Camera trap videos from Sumatra reveal an array of rare wildlife, highlighting the astonishing wealth of biodiversity found in the island’s rainforests. These images are providing conservationists with invaluable data on the perilous state of these species and the habitats they depend on for their survival.
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With less than a quarter of Sumatra’s rainforest remaining, the conservation of large, functioning ecosystems has become crucial for the survival of the island’s endangered species. The largest surviving block of rainforest in Sumatra is called the “Leuser Ecosystem” in Aceh province. As pressure mounts on Leuser’s forests, wildlife needs protection more than ever. Successful conservation strategies come from understanding the biology, behavior, and habitat requirements of these rare species.
Using battery-operated waterproof cameras with remote sensors and night vision, researchers have collected candid video of a variety of rarely seen species. Images of sun bears strolling nonchalantly through the forest and shy marbled cats pausing in forest clearings give a glimpse into the lives of these elusive animals, while allowing analysis of their behaviors and distribution patterns across Leuser.
Some of the most exciting video comes from a mother Sumatran Rhinoceros and calf. With less than 100 Sumatran Rhinos surviving in the wild, they are amongst the most critically endangered large mammals in the world.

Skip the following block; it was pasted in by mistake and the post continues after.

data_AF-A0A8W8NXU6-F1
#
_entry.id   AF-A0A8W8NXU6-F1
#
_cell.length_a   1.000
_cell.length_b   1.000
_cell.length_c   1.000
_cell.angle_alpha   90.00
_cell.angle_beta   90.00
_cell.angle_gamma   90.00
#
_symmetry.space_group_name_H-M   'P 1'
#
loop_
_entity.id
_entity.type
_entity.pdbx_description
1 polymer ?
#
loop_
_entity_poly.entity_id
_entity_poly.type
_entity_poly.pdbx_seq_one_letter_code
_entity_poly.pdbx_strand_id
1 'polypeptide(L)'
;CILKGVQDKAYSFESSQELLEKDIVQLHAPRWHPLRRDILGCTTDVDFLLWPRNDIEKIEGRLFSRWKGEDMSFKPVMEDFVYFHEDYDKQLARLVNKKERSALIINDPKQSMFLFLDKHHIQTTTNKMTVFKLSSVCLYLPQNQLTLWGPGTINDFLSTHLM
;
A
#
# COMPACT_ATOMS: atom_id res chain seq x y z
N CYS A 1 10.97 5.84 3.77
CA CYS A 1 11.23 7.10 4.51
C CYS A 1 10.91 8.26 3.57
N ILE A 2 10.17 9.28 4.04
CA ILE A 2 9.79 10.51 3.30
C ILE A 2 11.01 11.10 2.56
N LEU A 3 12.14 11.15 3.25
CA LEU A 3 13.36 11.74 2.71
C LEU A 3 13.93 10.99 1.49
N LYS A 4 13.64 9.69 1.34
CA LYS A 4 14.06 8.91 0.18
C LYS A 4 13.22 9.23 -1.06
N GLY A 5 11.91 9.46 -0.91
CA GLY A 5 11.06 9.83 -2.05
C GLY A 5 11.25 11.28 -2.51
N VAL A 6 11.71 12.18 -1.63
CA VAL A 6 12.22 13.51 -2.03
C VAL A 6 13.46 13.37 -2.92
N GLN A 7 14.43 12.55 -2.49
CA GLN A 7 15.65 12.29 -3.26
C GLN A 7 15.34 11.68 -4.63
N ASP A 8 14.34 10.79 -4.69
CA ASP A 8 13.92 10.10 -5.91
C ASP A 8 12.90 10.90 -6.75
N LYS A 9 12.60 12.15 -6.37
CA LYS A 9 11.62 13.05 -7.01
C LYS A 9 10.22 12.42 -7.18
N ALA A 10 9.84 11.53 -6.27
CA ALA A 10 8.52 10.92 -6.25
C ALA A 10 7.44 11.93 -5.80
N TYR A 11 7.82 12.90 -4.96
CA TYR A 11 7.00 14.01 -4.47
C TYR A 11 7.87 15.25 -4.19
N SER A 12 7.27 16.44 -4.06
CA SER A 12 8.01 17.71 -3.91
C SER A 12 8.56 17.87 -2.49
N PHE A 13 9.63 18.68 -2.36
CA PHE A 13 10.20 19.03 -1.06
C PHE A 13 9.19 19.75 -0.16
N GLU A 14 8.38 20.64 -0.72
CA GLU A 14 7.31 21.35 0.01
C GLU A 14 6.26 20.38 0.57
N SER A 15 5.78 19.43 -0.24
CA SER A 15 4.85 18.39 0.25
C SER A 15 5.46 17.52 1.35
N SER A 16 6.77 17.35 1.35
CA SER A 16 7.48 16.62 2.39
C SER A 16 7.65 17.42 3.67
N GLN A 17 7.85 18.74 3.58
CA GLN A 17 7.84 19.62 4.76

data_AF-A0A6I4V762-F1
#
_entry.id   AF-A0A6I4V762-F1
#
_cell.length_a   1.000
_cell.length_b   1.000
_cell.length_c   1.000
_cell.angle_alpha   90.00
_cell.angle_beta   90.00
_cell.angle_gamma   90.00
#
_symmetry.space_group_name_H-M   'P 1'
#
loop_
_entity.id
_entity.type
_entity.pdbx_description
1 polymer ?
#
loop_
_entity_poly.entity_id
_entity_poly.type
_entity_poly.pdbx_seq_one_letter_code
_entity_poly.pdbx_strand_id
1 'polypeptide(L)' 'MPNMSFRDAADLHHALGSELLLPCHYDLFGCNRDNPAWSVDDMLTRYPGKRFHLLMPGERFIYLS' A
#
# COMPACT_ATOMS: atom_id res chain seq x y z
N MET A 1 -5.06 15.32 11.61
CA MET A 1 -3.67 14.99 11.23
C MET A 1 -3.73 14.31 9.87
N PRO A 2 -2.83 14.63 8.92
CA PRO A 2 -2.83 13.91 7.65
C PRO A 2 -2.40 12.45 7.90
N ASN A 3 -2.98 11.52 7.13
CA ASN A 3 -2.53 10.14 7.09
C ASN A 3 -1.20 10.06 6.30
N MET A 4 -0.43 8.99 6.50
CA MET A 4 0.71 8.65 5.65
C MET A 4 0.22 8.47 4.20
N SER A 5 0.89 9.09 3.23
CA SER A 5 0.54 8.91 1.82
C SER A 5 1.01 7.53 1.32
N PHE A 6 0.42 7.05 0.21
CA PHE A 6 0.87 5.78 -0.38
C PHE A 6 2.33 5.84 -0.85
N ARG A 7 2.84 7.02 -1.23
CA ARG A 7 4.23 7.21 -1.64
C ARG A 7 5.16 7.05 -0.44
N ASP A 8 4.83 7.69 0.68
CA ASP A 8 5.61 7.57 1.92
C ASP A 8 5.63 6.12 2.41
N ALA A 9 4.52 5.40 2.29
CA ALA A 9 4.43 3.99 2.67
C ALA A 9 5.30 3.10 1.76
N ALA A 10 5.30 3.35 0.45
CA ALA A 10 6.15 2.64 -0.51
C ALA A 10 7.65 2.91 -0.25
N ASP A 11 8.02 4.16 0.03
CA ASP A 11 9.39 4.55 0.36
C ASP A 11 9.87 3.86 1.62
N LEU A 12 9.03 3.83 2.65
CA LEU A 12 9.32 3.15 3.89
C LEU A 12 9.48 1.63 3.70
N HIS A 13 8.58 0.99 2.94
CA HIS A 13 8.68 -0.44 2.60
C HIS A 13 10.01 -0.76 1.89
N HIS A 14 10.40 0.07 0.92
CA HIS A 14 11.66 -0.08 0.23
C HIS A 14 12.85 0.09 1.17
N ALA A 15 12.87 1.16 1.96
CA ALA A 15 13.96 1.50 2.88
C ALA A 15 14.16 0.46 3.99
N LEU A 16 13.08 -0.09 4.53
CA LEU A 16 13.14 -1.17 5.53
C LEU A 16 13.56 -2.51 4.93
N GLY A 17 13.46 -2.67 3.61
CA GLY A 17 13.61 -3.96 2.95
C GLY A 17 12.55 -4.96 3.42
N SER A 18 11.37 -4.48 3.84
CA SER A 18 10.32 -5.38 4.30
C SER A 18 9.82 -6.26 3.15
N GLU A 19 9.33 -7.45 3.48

Rainforest Trust has identified the Kluet watershed as one of the most vital areas for conservation of Sumatran Rhinos in the Leuser Ecosystem and is working to strategically purchase private properties in the watershed to establish the 184,795-acre Kluet Wildlife Reserve (approximately the size of New York City).
The new Kluet Wildlife Reserve lies adjacent to the proposed Gunung Leuser National Park and is crucial to blocking a key access point into the watershed and park. Furthermore, the new reserve lies within an important wildlife corridor for Sumatran Elephants and has been identified as some of the most important habitat for Sumatran Rhinos in Leuser – the last refuge for the species.
Learn how you can help Rainforest Trust to protect the Leuser Ecosystem.